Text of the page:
I'm enough of a fan of the master of the western novel, Louis L'Amour, that I'll read (or listen to, in this case) anything he writes. In the great era of the pulps, he wrote lots and lots of good (and perhaps not quite so good) short fiction for the pulps. After he died and there were no more novels to publish, the estate scoured the files for anything left that could be published, and brought out numerous volumes of collected short work from the pulps.
This is one of them. The cassette tape version of May There Be a Road contains three stories: May There Be a Road, Making It the Hard Way, and The Hand of Kuan-yin. It's on two cassettes and runs about 2 1/2 hours.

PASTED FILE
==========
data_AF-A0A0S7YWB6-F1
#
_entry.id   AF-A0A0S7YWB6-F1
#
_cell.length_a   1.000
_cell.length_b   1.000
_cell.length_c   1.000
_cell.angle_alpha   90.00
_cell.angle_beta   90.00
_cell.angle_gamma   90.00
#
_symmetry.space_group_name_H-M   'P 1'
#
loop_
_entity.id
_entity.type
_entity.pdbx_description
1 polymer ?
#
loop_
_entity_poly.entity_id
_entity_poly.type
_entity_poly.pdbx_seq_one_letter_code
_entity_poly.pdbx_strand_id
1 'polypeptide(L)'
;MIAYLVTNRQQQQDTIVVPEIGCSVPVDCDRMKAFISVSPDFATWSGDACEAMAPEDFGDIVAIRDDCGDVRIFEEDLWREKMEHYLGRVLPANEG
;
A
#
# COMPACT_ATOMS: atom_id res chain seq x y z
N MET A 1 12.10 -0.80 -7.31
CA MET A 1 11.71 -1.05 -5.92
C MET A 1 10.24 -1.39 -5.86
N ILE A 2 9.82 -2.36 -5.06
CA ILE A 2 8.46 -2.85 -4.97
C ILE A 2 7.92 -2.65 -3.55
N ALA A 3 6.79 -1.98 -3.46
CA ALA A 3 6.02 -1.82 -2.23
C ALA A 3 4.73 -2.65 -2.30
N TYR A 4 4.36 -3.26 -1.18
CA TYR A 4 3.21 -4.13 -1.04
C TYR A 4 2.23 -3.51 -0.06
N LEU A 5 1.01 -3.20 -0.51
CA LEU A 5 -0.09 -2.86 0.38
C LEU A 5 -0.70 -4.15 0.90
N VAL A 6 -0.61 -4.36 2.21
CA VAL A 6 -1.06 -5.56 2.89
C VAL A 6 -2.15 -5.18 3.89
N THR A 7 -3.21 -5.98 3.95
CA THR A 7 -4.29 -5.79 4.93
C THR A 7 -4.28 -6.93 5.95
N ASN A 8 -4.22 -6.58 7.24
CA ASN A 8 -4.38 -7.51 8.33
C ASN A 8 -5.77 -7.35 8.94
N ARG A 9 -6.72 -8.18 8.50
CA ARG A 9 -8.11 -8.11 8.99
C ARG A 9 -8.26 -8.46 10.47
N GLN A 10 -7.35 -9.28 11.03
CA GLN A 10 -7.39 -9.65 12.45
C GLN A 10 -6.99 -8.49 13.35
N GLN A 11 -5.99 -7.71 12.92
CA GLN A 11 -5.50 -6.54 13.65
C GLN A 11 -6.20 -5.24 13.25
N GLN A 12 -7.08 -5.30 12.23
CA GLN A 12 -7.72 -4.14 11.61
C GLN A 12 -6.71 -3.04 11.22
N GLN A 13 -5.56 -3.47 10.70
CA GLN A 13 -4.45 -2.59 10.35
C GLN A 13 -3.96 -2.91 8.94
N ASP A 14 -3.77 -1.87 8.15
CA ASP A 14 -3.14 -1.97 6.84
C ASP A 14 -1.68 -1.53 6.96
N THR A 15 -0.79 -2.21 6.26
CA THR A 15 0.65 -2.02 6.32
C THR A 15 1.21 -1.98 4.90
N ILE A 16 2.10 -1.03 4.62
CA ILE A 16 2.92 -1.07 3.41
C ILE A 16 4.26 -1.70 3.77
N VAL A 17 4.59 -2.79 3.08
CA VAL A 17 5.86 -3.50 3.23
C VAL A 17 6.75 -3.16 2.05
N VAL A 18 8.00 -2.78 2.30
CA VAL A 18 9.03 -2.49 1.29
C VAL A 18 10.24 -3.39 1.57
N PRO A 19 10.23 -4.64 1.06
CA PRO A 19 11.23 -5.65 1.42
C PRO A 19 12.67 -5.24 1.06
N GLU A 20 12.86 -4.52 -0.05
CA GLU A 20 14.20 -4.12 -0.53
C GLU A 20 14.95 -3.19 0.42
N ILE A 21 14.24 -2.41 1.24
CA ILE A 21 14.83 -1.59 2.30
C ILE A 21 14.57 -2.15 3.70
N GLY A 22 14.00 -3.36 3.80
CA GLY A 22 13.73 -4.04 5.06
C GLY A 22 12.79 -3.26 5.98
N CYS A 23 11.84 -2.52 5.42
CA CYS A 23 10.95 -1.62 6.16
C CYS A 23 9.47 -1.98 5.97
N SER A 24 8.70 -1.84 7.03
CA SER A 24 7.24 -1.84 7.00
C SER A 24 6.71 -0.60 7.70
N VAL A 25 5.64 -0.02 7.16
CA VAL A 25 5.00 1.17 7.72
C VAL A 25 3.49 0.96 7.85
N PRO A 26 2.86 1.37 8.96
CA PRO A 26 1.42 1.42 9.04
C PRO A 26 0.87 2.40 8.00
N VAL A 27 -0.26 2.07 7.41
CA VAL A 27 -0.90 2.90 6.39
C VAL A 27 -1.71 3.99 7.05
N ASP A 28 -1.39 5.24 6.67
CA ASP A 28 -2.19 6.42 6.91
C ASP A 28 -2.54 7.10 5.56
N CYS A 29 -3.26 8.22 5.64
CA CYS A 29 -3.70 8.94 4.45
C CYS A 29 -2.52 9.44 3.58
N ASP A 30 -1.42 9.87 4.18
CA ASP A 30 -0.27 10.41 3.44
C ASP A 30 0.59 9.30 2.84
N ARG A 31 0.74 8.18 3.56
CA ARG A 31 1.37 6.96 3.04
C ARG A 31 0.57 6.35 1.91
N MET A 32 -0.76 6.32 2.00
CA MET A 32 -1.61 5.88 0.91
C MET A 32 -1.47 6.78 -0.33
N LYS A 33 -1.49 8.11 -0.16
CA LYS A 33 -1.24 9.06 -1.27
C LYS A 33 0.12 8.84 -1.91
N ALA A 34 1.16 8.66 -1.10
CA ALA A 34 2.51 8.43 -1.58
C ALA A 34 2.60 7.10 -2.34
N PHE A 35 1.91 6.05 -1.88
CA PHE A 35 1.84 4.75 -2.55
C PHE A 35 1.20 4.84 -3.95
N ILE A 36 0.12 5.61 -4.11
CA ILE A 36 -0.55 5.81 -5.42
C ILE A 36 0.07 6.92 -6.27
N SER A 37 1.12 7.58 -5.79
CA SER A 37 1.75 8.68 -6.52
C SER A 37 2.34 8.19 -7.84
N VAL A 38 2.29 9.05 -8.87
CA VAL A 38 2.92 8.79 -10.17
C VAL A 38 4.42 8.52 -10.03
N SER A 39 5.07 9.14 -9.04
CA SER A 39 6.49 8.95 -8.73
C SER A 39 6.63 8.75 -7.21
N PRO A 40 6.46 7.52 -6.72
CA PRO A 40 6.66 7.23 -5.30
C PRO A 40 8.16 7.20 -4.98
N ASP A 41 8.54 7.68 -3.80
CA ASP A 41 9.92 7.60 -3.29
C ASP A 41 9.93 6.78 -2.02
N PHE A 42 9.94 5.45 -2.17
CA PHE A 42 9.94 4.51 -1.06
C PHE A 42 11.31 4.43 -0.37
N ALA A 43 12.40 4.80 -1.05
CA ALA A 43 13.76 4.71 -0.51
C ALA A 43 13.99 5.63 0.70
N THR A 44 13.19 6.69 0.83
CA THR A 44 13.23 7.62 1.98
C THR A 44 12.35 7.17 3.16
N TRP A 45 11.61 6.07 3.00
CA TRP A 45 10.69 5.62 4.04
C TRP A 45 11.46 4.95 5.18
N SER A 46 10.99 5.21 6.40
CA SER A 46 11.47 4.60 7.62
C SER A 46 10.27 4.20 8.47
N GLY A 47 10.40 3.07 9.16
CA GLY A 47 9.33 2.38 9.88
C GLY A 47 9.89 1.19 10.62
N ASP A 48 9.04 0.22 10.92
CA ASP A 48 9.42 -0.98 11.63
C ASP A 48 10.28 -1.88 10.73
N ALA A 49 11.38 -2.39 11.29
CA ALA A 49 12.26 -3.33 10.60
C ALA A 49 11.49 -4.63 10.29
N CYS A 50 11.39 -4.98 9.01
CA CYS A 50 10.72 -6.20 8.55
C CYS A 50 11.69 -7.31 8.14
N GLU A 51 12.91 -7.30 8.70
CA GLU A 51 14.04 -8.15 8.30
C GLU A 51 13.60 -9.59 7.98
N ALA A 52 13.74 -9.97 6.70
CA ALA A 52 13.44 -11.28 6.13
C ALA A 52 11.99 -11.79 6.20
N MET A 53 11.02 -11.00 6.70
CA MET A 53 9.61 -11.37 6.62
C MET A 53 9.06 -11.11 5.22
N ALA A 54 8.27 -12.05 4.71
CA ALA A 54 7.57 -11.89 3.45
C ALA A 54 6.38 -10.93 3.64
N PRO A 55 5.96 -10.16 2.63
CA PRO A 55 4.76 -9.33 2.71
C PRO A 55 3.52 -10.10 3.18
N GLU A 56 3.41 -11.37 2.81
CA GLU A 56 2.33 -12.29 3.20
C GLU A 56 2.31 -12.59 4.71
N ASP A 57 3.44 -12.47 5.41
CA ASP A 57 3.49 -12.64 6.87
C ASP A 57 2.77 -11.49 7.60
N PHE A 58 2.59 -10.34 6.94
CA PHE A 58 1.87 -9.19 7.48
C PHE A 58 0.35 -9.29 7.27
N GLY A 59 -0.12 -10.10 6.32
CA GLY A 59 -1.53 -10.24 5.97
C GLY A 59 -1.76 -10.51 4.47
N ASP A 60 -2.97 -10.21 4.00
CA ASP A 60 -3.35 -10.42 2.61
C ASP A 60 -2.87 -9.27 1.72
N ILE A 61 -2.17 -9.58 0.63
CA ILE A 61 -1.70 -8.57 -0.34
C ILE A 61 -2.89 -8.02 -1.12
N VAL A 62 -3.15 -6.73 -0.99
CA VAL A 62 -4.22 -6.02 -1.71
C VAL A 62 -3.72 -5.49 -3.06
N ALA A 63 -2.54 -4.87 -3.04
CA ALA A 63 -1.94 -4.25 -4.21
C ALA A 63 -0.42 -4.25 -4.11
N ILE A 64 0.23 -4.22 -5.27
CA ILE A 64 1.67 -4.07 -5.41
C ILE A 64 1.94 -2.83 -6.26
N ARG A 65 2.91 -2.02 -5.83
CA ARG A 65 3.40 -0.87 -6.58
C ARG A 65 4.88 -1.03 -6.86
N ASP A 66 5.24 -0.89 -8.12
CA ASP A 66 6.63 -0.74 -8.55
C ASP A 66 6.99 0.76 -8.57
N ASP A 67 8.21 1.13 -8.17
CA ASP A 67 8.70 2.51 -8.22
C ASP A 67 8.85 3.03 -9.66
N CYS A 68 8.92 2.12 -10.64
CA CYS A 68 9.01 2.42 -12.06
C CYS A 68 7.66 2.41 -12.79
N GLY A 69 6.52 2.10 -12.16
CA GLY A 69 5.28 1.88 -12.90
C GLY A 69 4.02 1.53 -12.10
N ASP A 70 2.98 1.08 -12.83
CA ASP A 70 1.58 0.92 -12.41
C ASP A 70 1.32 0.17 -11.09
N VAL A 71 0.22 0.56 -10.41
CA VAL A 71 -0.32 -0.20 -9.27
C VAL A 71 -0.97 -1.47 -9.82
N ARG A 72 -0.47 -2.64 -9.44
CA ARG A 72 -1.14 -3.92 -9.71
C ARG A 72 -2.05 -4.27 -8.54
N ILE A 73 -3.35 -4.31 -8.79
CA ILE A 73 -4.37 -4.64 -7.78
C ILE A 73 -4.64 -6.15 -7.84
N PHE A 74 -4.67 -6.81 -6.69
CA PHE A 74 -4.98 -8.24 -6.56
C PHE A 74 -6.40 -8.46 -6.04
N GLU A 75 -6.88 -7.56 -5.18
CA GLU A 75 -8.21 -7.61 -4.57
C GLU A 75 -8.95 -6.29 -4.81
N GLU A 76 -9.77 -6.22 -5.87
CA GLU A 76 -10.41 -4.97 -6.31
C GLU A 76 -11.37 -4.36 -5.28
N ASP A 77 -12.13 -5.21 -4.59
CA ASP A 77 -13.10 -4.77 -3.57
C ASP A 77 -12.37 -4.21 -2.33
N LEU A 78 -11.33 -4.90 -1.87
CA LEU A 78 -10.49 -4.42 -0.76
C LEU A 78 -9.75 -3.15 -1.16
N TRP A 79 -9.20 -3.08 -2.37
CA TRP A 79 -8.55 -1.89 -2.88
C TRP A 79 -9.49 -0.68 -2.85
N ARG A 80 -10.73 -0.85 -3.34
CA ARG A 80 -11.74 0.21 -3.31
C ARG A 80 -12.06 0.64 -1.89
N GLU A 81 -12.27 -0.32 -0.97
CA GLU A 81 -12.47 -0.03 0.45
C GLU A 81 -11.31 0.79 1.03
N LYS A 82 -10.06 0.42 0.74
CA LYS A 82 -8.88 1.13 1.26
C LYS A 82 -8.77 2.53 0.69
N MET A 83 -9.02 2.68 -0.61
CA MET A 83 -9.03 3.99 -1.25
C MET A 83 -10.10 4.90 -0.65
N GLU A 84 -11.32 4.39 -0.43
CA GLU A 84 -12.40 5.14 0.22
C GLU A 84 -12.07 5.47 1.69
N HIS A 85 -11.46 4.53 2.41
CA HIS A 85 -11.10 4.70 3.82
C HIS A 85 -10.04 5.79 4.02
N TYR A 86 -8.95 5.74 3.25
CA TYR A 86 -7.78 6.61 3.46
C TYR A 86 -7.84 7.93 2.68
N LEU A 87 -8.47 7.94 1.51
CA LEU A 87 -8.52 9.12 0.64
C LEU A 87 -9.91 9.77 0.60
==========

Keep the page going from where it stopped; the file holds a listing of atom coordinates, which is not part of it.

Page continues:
The stories are good ones. I particularly enjoyed May There Be a Road. If you've seen the Indiana Jones movie that takes place in Tibet with the deep canyons crossed by shaky rope-and-plank bridges, you've got a nice visual picture of the setting of this story. It's exciting, it's interesting, and you learn a little bit of Tibetan/Red Chinese history in the process.
You'll like these stories. (By the way, the introductory material listed above by PBS describes the book. Not all the stories described there are on the cassette; just the three I mentioned.)